Jorge Garcia, a father of two in Youngsville, is going on more walks with his family. He's exercising more and eating healthier.
"Everything started because I was kind of feeling dizzy when I was driving," he said.
A blood test showed his blood sugar level was higher than normal. He has a family history of diabetes. He does not have type 2 diabetes, but he's at risk for it.
"Right now, all I'm doing is just exercise and diet," he said. However, many people still have trouble bringing their blood sugar level in line. A study shows Avandia, a drug already used to help people who have diabetes, can also help to prevent it. It helps the body's insulin do a better job.
Raleigh endocrinologist Dr. Elizabeth Holt said if the insulin works better, then the blood sugar is better controlled. She is quick to add, though, that it is not a magic pill.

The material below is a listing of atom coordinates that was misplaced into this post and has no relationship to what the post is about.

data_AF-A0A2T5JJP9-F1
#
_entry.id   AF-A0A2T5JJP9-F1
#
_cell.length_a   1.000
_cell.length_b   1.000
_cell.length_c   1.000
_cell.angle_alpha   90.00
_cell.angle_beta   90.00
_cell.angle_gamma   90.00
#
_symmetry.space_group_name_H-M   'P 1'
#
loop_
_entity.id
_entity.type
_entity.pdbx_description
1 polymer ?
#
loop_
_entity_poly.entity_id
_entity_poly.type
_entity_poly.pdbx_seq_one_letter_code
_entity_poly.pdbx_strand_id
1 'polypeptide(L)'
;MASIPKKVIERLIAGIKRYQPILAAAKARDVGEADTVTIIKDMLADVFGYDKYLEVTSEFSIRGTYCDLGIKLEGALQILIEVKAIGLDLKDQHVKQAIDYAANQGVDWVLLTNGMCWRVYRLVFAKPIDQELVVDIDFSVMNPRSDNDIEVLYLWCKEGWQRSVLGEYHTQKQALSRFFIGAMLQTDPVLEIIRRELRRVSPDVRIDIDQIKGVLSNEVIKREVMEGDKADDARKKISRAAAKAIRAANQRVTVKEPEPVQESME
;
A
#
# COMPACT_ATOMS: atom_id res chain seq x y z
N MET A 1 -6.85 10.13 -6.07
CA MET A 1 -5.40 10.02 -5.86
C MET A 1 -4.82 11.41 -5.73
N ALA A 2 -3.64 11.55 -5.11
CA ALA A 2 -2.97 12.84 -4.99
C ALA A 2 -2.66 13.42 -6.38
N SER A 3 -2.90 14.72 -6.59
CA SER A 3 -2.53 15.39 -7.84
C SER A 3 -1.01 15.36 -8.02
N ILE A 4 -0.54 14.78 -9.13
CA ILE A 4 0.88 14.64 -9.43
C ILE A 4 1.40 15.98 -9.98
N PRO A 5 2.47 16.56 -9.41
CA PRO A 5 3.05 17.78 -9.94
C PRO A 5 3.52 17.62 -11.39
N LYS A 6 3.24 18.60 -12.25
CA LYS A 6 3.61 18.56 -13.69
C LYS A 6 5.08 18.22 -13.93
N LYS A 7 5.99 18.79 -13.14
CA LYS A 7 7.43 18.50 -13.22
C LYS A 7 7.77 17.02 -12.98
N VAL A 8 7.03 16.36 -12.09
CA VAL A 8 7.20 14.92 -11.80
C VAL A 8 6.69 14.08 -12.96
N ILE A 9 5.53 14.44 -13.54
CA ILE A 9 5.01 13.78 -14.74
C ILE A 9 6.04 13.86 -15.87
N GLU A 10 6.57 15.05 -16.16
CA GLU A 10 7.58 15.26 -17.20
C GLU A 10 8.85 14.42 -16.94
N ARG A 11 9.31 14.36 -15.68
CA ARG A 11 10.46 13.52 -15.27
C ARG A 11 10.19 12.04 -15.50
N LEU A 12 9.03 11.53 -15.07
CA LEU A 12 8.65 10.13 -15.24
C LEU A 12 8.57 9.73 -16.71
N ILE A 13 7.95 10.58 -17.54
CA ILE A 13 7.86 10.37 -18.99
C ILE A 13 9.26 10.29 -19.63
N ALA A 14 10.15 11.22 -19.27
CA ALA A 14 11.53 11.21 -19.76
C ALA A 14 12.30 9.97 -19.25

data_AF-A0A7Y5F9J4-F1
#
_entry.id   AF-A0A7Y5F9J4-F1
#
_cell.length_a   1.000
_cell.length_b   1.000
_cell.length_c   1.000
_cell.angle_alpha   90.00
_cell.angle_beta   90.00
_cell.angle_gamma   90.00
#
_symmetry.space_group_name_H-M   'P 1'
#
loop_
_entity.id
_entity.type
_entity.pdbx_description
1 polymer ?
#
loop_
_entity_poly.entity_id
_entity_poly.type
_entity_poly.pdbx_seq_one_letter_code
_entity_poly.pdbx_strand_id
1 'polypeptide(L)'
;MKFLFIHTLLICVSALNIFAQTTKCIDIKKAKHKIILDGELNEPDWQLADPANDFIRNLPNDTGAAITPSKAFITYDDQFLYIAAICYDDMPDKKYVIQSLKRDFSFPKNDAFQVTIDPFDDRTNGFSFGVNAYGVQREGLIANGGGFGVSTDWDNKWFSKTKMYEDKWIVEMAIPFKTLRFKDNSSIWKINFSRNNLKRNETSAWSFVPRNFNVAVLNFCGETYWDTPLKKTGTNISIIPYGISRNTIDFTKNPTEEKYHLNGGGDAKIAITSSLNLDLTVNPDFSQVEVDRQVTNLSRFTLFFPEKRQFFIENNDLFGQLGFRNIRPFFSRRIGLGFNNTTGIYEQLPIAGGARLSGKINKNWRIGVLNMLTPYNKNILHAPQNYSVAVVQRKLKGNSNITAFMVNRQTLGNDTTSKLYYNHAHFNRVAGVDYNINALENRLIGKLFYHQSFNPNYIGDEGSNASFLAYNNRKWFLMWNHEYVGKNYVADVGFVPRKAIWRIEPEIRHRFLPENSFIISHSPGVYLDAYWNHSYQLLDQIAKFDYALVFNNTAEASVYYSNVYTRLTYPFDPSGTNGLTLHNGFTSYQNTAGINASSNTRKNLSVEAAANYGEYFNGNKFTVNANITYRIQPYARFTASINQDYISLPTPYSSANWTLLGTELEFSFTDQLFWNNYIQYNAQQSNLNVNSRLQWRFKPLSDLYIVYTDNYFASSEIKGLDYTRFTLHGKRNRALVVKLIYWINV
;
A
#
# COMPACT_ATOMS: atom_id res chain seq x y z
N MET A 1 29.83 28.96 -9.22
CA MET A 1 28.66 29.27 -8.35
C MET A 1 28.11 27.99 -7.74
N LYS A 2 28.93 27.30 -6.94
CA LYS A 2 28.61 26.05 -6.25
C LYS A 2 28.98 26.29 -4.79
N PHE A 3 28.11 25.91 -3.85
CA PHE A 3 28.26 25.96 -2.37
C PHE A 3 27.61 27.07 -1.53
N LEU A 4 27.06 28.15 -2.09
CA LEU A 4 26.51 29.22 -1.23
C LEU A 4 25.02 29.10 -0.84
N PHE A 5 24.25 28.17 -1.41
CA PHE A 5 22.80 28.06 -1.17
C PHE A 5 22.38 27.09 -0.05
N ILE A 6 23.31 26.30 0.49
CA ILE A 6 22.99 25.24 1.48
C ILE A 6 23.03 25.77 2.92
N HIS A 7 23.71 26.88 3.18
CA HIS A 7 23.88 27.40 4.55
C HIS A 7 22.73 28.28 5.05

"These drugs don't work in a vacuum. There have to be lifestyle changes to make them effective," Holt said.
Garcia hopes he can reduce his risk without medication, but he's glad to know there's additional help if he needs it.
"It sounds really good. It would be nice to reinforce what you're already trying to do," he said.
Garcia is also glad he can talk about avoiding diabetes rather than treating it.
"I was able to find this out now when it's still very controllable," he said.
The federal Food and Drug Administration has not approved Avandia for use with prediabetic patients, but many doctors are beginning to prescribe it for adults. A clinical trial called DREAM, looked at Avandia's use in preventing diabetes in adults, but children and adolescents were not involved.
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